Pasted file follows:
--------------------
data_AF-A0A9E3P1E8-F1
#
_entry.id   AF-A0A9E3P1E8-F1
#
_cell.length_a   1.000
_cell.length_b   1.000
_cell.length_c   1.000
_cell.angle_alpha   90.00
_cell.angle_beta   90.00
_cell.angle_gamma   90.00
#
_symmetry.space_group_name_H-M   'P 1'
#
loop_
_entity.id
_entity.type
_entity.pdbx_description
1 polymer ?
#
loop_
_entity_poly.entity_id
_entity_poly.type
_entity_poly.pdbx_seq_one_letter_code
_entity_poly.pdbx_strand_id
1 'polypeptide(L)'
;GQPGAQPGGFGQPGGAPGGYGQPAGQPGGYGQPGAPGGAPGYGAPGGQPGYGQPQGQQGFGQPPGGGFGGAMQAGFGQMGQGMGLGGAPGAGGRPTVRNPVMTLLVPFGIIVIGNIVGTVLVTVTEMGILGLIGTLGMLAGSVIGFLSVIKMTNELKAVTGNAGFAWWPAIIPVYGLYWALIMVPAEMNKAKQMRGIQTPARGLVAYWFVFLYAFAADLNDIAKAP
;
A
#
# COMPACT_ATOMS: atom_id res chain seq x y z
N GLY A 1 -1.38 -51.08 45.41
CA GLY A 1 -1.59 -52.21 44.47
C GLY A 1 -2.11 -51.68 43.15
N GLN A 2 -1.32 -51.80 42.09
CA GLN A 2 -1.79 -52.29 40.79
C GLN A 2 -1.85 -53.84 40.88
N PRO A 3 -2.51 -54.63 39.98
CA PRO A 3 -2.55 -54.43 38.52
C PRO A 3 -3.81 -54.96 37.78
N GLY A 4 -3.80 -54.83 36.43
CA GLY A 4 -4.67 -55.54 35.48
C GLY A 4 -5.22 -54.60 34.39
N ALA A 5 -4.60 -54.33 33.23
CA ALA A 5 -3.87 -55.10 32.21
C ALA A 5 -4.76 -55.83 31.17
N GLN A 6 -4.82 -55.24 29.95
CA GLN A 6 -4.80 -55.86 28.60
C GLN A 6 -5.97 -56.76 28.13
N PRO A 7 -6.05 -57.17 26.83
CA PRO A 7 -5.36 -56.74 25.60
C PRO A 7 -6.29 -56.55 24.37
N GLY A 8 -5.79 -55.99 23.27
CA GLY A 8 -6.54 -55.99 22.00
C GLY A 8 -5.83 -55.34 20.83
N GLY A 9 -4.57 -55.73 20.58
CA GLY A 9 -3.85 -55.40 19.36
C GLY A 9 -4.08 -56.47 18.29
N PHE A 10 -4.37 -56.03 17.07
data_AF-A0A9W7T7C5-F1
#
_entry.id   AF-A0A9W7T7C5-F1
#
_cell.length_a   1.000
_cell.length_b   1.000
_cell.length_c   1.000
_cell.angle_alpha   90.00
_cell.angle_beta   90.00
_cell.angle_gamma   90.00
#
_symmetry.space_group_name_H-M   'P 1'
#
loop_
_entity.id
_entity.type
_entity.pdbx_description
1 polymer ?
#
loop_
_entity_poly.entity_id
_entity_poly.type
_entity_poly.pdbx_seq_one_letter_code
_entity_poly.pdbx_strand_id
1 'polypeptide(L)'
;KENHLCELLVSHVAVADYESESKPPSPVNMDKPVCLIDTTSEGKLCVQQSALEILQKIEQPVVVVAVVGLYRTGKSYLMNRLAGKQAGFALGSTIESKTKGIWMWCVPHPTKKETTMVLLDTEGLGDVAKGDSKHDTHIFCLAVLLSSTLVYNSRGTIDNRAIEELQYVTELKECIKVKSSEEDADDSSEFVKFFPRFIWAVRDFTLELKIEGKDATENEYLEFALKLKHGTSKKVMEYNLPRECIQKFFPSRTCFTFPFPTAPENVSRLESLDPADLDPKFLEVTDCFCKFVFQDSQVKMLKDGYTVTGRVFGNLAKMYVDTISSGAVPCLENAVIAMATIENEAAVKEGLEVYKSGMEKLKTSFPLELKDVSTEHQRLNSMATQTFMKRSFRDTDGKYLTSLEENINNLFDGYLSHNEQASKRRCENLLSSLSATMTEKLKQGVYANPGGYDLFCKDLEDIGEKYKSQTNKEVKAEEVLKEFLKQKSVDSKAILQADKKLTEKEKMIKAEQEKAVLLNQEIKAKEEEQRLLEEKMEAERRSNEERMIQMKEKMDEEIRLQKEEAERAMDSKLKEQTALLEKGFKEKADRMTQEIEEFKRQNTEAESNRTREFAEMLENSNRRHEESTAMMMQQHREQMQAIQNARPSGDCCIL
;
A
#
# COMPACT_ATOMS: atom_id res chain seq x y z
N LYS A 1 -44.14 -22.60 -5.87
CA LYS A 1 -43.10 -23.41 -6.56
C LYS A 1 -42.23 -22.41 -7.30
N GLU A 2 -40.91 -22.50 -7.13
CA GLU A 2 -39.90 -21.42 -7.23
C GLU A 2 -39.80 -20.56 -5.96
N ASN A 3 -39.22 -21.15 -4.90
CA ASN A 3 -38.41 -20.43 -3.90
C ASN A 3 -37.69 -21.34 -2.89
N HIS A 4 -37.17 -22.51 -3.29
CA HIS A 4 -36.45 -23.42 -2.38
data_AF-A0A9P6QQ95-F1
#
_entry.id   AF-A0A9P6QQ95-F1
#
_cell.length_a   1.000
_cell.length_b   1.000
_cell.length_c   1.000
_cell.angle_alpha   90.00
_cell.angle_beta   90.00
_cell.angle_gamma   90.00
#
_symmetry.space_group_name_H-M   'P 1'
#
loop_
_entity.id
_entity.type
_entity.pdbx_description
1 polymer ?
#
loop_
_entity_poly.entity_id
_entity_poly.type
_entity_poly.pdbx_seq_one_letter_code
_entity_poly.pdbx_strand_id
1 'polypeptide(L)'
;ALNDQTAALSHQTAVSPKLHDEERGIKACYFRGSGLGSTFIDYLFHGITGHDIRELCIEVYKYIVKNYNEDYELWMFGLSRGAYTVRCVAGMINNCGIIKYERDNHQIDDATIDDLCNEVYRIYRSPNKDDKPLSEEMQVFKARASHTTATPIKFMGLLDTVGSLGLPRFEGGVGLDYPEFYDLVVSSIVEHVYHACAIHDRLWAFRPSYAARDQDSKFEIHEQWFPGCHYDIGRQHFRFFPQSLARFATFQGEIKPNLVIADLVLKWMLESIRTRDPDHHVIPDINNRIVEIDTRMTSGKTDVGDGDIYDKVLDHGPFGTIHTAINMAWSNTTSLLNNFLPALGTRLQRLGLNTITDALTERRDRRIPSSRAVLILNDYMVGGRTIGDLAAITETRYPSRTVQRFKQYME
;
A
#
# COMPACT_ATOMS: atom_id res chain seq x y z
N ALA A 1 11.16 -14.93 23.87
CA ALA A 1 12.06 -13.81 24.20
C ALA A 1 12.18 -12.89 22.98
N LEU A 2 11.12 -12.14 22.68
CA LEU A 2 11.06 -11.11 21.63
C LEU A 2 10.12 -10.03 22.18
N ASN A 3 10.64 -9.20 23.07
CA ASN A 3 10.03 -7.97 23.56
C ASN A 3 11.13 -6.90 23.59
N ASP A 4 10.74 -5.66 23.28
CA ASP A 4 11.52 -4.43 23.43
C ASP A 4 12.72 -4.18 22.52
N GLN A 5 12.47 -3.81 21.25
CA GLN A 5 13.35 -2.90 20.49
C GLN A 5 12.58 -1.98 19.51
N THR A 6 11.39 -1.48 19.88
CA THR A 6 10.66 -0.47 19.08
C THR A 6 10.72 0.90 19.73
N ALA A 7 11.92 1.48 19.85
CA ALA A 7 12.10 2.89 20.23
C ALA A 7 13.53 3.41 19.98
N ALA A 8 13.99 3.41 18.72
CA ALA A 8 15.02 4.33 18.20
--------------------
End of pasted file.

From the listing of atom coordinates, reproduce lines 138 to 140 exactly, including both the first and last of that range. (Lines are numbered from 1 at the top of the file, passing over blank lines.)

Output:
C ASN A 3 11.13 -6.90 23.59
N ASP A 4 10.74 -5.66 23.28
CA ASP A 4 11.52 -4.43 23.43